A gunman who announced online that he was planning to shoot two "pigs" in retaliation for the police chokehold death of Eric Garner ambushed two officers in a patrol car and shot them to death in broad daylight Saturday before running to a subway station and killing himself, authorities said.

The suspect, 28-year-old Ismaaiyl Brinsley, wrote on an Instagram account: "I'm putting wings on pigs today. They take 1 of ours, let's take 2 of theirs," officials said. He used the hashtags #Shootthepolice #RIPErivGardner (sic) #RIPMikeBrown.

Police said he approached the passenger window of a marked police car and opened fire, striking officers Rafael Ramos and Wenjian Liu in the head. The New York Police Department officers were on special patrol doing crime reduction work in the Bedford-Stuyvesant section of Brooklyn.

"They were, quite simply, assassinated — targeted for their uniform," said Police Commissioner Bill Bratton, who looked pale and shaken at a hospital news conference.

Brinsley took off running as officers pursued him down to a nearby subway station, where he shot himself in the head. A silver handgun was recovered at the scene, Bratton said.

"This may be my final post," Brinsley wrote in the Instagram post that included an image of a silver handgun. The post had more than 200 likes.

Bratton confirmed that the suspect made very serious "anti-police" statements online but did not get into specifics of the posts. He said they were trying to figure out why Brinsley had chosen to kill the officers. Two city officials with direct knowledge of the case confirmed the posts to The Associated Press. The officials, a senior city official and a law enforcement official, were not authorized to speak publicly on the topic and spoke on condition of anonymity.

Tense time

The shootings come at a tense time; Police in New York and nationwide are being criticized for their tactics, following the July death of Garner, who was stopped on suspicion of selling loose, untaxed cigarettes. Amateur video captured an officer wrapping his arm around Garner's neck and wrestling him to the ground. Garner was heard gasping, "I can't breathe" before he lost consciousness and later died.

Demonstrators around the country have staged die-ins and other protests since a grand jury decided Dec. 3 not to indict the officer in Garner's death, a decision that closely followed a Missouri grand jury's refusal to indict a white officer in the fatal shooting of Brown, an unarmed black 18-year-old. Bratton said they were investigating whether the suspect had attended any rallies or demonstrations.

Brinsley was black; the officers were Asian and Hispanic, police said.

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Police Commissioner William Bratton said the suspect had shot his former girlfriend earlier Saturday in Baltimore. (Stephanie Keith/Reuters)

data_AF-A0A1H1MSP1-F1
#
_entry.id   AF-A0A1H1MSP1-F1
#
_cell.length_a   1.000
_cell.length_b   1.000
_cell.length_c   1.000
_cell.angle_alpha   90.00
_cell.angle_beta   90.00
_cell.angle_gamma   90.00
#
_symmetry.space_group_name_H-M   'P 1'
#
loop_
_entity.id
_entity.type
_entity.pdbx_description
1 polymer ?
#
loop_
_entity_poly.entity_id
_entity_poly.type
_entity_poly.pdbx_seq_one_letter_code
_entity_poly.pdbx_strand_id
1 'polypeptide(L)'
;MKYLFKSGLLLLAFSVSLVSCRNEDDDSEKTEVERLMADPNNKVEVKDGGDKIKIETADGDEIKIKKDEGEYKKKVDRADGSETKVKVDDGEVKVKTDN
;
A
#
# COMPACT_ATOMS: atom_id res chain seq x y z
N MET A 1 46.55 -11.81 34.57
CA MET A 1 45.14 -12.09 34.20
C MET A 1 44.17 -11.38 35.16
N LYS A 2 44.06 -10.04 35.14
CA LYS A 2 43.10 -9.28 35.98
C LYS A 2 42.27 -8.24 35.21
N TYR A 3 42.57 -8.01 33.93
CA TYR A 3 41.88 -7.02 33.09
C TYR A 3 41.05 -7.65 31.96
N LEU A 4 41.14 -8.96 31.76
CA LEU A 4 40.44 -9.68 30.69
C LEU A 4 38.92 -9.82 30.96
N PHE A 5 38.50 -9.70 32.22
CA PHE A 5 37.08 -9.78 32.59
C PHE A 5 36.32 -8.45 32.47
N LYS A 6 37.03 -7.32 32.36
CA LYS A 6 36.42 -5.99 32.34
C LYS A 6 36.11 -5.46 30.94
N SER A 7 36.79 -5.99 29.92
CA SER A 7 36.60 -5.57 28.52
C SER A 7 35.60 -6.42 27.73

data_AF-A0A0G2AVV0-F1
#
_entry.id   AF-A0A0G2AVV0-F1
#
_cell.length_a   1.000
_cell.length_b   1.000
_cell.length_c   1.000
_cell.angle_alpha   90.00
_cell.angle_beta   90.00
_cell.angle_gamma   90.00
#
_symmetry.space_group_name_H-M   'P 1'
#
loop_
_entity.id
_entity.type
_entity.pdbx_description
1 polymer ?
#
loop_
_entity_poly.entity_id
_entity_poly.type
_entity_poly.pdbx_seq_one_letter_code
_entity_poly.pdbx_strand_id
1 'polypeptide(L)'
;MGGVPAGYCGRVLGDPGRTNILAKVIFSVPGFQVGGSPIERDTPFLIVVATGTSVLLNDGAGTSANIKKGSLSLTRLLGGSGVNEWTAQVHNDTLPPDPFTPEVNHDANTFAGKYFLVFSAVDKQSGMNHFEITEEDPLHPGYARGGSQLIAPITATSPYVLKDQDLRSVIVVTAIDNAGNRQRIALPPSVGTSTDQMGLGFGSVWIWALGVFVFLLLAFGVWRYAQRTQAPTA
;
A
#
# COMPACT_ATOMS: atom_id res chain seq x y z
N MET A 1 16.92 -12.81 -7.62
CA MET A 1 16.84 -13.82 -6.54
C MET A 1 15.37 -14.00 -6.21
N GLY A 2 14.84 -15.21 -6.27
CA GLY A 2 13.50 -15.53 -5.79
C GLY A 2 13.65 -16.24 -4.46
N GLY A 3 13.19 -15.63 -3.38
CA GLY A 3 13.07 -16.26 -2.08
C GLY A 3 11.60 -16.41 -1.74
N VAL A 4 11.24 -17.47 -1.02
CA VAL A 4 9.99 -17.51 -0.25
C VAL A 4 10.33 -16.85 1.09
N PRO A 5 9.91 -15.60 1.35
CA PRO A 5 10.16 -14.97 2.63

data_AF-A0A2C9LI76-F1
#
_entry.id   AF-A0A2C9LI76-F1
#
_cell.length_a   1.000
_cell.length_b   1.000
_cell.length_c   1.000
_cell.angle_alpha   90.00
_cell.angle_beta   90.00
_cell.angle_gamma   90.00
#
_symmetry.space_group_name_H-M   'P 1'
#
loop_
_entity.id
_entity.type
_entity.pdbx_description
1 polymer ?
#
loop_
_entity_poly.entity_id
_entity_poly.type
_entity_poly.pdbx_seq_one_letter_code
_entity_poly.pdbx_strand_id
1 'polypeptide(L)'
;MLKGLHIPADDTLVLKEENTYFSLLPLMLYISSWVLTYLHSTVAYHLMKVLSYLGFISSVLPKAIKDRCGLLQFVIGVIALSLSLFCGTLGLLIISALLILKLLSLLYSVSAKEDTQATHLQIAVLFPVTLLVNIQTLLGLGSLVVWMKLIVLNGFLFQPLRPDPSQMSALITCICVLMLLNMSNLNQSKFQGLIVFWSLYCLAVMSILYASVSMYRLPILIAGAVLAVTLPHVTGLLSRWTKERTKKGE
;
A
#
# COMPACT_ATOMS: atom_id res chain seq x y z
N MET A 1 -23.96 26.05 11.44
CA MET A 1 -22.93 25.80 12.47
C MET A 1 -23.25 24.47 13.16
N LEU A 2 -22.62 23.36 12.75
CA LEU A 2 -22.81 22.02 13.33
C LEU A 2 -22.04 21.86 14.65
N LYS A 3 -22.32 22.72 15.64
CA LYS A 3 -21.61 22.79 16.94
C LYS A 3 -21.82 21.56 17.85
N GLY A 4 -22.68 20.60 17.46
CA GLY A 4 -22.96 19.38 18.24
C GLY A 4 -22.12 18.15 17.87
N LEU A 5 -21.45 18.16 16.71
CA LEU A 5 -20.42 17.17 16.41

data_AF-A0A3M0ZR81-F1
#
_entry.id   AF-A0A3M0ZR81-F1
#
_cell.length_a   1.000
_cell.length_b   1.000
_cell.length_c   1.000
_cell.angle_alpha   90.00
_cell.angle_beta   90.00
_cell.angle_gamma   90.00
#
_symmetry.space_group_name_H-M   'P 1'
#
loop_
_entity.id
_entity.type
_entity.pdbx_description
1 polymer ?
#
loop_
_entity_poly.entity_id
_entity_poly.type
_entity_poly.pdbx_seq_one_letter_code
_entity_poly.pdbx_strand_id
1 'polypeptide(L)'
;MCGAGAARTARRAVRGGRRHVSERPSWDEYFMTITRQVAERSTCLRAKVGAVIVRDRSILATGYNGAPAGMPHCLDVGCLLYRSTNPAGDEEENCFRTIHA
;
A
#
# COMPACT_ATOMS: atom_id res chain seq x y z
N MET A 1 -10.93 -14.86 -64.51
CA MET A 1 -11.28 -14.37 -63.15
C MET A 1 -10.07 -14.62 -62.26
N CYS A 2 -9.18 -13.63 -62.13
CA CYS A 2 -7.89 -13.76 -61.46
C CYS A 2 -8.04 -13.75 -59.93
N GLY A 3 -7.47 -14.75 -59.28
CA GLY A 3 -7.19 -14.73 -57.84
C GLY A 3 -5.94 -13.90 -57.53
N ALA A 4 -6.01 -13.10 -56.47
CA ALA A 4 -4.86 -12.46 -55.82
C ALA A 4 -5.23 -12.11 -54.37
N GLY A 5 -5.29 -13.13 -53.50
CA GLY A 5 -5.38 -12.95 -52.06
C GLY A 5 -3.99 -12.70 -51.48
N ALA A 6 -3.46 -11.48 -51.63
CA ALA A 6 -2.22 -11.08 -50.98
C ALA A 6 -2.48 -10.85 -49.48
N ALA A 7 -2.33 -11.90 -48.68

The Rev. Al Sharpton said Garner's family had no connection to the suspect and denounced the violence.

"Any use of the names of Eric Garner and Michael Brown in connection with any violence or killing of police, is reprehensible and against the pursuit of justice in both cases," Sharpton said.

Brown's family also released a statement condemning the shooting. "We must work together to bring peace to our communities," the statement says. "Our thoughts and prayers go out to the officers' families during this incredibly difficult time."

Mayor Bill de Blasio said the killing of the officers in the nation's largest department strikes at the heart of the city.

"Our city is in mourning. Our hearts are heavy," said de Blasio, who spoke softly with moist eyes. "It is an attack on all of us."

Silent salute

Scores of officers in uniform lined up three rows deep lined the hospital driveway and stretched into the street, their hands raised in a silent salute, as two ambulances bore the slain officers' bodies away. The mayor ordered flags at half-staff.

In a statement Saturday night, Attorney General Eric Holder condemned the shooting deaths as senseless and "an unspeakable act of barbarism." President Barack Obama, in a statement issued while he's vacationing in Hawaii, said he unconditionally condemns the slayings.
 
"The officers who serve and protect our communities risk their own safety for ours every single day -- and they deserve our respect and gratitude every single day," Obama said. "Tonight, I ask people to reject violence and words that harm, and turn to words that heal — prayer, patient dialogue, and sympathy for the friends and family of the fallen."

Early Saturday, Bratton said, Brinsley went to the home of a former girlfriend in the Baltimore area and shot and wounded her. Police there said they noticed Brinsley posting to the woman's Instagram account about a threat to New York officers. Baltimore-area officials sent a warning to New York City police, who received it around the time of the shooting, Bratton said.

Criminal records show Brinsley has a history of arrests on various charges in Georgia, including robbery, shoplifting, carrying a concealed weapon, disorderly conduct and obstruction of a law enforcement officer. Bratton said his last-known address was Georgia, but he had some ties in Brooklyn.